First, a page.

Australia

Witness K to plead guilty over spy case as lawyer faces trial

Supporters of lawyer Bernard Collaery and 'Witness K' stage a protest outside the Supreme Court in Canberra, Tuesday, August 6, 2019. Source: AAP

An ex-spy will plead guilty to revealing information about Australia bugging East Timor's cabinet rooms in 2004, but his lawyer will fight the charge.

A former spy will plead guilty to revealing information about Australia bugging East Timor's cabinet rooms in 2004, splitting his case from his lawyer, who will instead face trial.

The former intelligence officer, known only as Witness K, has been accused along with his lawyer Bernard Collaery, who is fighting the charge.

The pair's case will now be dealt with separately, with Witness K to face a sentence hearing at the ACT Magistrates Court which was told on Tuesday he would plead guilty.

His case is listed for mention on August 29.

Lawyer Bernard Collaery addresses the media outside the Supreme Court in Canberra, Tuesday, August 6, 2019.
Lawyer Bernard Collaery addresses the media outside the Supreme Court in Canberra, Tuesday, August 6, 2019 (AAP)
AAP

Collaery will instead face trial in the ACT Supreme Court, after last week indicating he wanted the matter dealt with by the higher court.

He will face the ACT Supreme Court on August 22.

In a written statement handed to reporters outside the Magistrates Court on Tuesday, Collaery said "mighty forces are at play here to hide dirty political linen".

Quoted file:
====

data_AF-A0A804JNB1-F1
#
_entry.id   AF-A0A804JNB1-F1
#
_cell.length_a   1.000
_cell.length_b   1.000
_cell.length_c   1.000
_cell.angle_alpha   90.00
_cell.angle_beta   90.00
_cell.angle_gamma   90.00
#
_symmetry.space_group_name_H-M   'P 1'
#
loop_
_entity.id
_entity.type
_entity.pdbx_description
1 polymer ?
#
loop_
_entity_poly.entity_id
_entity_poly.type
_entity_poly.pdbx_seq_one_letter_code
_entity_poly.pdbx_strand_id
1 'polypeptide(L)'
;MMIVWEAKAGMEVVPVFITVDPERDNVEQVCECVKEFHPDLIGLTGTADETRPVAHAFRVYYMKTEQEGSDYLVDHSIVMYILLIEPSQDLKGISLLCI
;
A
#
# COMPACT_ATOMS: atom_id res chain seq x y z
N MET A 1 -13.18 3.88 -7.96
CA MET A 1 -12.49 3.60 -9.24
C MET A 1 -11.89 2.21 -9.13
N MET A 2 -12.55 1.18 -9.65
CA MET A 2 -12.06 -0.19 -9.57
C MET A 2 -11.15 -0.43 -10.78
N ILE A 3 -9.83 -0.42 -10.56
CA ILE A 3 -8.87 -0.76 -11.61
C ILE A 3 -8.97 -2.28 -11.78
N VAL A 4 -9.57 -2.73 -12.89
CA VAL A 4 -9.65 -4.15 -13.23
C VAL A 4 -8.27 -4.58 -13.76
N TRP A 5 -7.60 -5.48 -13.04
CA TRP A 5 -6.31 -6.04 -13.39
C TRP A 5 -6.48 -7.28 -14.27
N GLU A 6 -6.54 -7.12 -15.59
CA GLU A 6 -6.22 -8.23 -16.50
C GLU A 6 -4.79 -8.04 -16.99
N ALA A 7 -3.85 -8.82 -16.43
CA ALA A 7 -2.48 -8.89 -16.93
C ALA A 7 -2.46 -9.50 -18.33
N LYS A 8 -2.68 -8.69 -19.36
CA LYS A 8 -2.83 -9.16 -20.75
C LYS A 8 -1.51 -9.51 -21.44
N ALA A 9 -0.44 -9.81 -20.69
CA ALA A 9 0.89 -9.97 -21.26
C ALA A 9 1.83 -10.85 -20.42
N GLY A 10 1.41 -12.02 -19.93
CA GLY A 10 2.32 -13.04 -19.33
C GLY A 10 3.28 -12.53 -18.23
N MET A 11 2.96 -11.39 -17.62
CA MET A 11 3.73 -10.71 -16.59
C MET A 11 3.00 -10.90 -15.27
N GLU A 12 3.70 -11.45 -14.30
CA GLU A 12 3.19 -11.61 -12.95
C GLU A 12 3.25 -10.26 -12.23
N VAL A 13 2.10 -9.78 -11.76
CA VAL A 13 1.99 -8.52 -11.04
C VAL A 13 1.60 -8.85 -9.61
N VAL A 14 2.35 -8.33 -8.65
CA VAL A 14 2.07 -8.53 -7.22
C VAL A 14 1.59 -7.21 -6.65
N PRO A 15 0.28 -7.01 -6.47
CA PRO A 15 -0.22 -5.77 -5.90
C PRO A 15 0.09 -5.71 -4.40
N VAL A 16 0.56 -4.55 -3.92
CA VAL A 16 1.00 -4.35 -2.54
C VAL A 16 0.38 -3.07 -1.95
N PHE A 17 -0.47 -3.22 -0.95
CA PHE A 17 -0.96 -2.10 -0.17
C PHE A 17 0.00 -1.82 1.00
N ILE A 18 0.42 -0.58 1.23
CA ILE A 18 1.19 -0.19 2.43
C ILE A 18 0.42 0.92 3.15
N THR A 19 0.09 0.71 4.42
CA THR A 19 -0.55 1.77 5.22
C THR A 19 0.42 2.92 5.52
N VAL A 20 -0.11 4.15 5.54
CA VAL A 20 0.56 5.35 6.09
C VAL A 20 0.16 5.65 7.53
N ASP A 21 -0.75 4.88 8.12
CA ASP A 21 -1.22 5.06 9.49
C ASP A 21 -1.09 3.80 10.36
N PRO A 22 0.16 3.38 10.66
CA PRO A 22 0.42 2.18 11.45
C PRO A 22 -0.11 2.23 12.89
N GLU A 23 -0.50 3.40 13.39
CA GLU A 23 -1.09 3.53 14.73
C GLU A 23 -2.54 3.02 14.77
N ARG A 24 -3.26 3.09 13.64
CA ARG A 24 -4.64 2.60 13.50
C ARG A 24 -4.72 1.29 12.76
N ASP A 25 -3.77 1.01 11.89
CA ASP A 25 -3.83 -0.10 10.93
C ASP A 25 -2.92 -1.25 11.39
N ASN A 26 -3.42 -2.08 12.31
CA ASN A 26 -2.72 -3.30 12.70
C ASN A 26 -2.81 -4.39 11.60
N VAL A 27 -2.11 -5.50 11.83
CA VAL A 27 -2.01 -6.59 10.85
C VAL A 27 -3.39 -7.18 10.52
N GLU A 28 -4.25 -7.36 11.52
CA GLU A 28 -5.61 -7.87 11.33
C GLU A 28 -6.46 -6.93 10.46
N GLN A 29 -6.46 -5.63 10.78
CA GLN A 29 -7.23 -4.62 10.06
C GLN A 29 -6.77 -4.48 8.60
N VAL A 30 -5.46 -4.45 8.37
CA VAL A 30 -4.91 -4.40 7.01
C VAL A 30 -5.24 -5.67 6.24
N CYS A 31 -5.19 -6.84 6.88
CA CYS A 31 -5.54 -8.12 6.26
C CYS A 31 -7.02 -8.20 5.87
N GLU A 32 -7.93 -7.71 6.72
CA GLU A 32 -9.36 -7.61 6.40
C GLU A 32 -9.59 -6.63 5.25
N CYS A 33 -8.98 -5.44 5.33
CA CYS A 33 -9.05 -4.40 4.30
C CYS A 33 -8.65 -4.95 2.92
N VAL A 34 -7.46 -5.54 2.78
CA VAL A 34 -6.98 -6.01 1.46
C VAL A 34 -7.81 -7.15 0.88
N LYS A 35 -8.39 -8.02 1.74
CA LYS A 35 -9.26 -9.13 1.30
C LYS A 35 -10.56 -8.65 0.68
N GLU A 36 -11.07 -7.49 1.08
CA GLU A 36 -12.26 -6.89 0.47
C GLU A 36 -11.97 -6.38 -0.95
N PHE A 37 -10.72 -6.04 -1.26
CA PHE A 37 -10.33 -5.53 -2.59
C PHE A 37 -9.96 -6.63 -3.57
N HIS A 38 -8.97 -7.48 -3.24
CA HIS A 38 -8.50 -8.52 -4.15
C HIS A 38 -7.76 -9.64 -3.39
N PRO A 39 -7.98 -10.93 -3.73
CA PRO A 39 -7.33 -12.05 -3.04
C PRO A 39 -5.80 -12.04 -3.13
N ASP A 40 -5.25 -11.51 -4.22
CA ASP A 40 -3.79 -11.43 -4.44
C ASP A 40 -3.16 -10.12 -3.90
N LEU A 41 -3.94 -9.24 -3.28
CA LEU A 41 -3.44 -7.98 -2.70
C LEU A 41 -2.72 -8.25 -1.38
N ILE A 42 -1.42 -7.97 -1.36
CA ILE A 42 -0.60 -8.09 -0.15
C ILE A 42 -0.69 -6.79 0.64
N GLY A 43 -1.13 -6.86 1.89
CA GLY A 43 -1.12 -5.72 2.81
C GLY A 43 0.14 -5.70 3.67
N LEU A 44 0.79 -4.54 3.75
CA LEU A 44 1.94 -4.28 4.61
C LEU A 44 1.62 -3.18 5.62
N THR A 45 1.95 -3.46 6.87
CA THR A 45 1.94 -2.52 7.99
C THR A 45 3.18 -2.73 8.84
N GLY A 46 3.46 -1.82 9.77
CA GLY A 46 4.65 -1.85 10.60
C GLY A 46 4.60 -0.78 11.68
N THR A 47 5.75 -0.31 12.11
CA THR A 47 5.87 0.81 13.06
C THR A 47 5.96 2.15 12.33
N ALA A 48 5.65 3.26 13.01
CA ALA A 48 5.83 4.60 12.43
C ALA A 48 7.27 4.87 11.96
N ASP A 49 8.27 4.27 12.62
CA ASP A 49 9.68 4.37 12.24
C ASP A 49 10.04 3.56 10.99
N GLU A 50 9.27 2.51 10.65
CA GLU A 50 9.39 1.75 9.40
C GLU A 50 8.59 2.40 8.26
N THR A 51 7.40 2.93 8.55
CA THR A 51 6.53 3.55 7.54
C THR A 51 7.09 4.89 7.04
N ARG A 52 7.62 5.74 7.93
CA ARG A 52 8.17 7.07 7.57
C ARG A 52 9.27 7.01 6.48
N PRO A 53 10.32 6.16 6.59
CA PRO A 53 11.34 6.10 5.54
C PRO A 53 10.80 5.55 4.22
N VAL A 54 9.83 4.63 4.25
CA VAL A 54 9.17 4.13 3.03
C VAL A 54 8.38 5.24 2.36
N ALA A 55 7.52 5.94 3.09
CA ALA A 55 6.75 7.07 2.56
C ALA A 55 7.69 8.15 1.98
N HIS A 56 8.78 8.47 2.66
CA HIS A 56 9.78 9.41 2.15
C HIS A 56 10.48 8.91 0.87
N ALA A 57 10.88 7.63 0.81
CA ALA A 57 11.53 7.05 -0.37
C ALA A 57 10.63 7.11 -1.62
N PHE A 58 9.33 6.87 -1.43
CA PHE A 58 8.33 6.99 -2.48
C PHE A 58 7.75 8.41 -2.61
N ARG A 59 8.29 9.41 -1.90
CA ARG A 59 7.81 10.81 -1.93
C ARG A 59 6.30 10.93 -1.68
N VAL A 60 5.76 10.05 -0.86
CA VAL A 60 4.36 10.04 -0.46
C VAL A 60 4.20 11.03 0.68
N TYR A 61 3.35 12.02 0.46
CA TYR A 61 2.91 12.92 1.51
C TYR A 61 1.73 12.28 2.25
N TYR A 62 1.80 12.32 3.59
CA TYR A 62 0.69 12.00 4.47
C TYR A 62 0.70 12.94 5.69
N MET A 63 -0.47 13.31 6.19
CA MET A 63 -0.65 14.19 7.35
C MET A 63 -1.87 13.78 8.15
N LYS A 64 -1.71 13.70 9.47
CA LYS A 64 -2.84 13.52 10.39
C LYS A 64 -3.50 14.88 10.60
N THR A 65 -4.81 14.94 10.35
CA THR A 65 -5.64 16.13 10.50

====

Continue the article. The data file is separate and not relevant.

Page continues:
It is a "national disgrace" to see Witness K treated in such a way, he says.

The bugging took place during negotiations over a gas and oil treaty.

Charged in June 2018, both defence teams have been wrangling with the Commonwealth over a set of orders controlling what information can be revealed during the trial.

"In providing Witness K with advice it became apparent that the misconduct complained of was a culture unrelated in any way, and, in fact contrary to Australia's national security interests," the statement says.

"It was a cheating culture motivated by commercial interests and an abuse of process to utilise our service men and women in its implementation.

"It threatened to undo the great work done in Timor-Leste by our defence forces, in which I am proud to have two family members serving."

Collaery says the accusation that Witness K conspired with him is "contemptible", adding that he is still waiting to be able to explain his case to his lawyers after 14 months.

"I can say no more because I am silenced by a law we gave our political leaders to fight terrorism," he said.

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